Sheriff Jacobs diffused the tension. "Take it easy boys, let's have a friendly game." Then he looked at his draw and bet ten dollars. Bailey threw a defiant look at Doc and raised the bet ten more dollars. After Doc called, Jacobs folded his cards and got out. "Two pair, aces and jacks," beamed Bailey.

"Three little fours. Ain't that a daisy." announced Doc. His grin returned and he drew in the pot.

"Damn!" growled Bailey. Several of Ed's friends gathered around the table like bodyguards.

Sheriff Jacobs dealt the next hand. After a round of betting, draws and a second round of betting, only Doc and Bailey were still in. Bailey again reached over and took a peek at the discards.

"You were warned." Said Doc as he casually folded his hand and began to draw in the pot.

Bailey jumped to his feet and shouted. "Damn you and damn yer rules." He rose and kicked out a leg of the table. The table flipped over sending cards and drinks flying. The trooper, still seated, tipped over on his back . The cowboy kicked back his chair and hastily ran for the door.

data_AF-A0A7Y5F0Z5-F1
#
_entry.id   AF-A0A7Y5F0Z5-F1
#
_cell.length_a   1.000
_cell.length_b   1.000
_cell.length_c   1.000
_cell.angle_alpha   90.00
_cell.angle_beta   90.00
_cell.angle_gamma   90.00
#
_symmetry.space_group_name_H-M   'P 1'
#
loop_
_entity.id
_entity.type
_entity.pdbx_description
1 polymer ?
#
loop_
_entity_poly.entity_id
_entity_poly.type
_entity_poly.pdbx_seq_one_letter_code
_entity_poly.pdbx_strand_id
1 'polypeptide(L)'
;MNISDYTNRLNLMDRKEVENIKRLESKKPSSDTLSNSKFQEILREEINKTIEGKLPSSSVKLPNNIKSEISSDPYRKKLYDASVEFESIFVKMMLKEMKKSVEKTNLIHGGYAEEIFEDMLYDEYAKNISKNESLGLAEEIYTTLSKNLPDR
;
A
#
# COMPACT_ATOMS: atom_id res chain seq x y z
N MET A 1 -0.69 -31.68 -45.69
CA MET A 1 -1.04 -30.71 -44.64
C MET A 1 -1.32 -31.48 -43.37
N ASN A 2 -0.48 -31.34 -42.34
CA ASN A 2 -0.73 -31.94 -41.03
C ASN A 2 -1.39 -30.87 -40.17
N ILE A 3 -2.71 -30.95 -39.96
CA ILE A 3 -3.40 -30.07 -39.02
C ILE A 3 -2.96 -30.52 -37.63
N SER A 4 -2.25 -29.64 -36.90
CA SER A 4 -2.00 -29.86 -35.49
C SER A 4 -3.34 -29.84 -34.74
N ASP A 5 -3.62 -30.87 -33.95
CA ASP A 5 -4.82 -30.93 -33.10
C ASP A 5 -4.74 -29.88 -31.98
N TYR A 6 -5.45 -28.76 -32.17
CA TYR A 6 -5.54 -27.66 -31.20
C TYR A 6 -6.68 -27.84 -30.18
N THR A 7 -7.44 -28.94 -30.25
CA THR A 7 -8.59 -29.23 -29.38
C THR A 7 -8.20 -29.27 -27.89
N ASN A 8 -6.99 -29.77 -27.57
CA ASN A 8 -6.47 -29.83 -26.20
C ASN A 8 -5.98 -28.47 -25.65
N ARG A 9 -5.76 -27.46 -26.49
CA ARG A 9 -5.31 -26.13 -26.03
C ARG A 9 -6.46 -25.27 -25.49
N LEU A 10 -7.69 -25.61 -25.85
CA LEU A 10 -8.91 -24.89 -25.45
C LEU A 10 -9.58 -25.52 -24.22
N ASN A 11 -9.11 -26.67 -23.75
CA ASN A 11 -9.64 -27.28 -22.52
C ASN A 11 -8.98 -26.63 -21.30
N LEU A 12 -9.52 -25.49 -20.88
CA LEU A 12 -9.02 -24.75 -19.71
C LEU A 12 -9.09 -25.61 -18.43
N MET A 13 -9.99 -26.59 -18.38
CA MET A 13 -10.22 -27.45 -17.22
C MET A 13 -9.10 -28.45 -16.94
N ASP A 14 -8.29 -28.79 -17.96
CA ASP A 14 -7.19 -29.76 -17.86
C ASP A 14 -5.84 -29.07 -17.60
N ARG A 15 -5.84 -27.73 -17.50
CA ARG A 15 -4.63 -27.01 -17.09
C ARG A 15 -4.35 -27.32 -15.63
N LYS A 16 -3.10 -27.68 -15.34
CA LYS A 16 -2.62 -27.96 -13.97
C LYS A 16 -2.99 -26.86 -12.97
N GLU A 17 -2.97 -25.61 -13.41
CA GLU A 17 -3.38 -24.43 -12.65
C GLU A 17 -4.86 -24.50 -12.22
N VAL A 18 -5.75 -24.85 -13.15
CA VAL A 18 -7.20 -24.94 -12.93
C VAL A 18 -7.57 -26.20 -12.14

Bailey reached in his coat pocket, came up with a pistol and threw down on Doc. Before he could cock the gun, a bright crimson stream of blood strained through his shirt and flowed steadily from his midsection. A deep gash ran from under his right ribcage to his left hip.

Ed's scream cut through the smoky saloon like a clap of thunder. "Eeaagh! Boys!---Boys!---I'm cut! I'm cut bad! I---" Ed dropped his gun, grabbed his stomach and crumpled to the floor. One of his crew rushed to him and rolled him on his back. The bloody mess spread on the hardwood floor.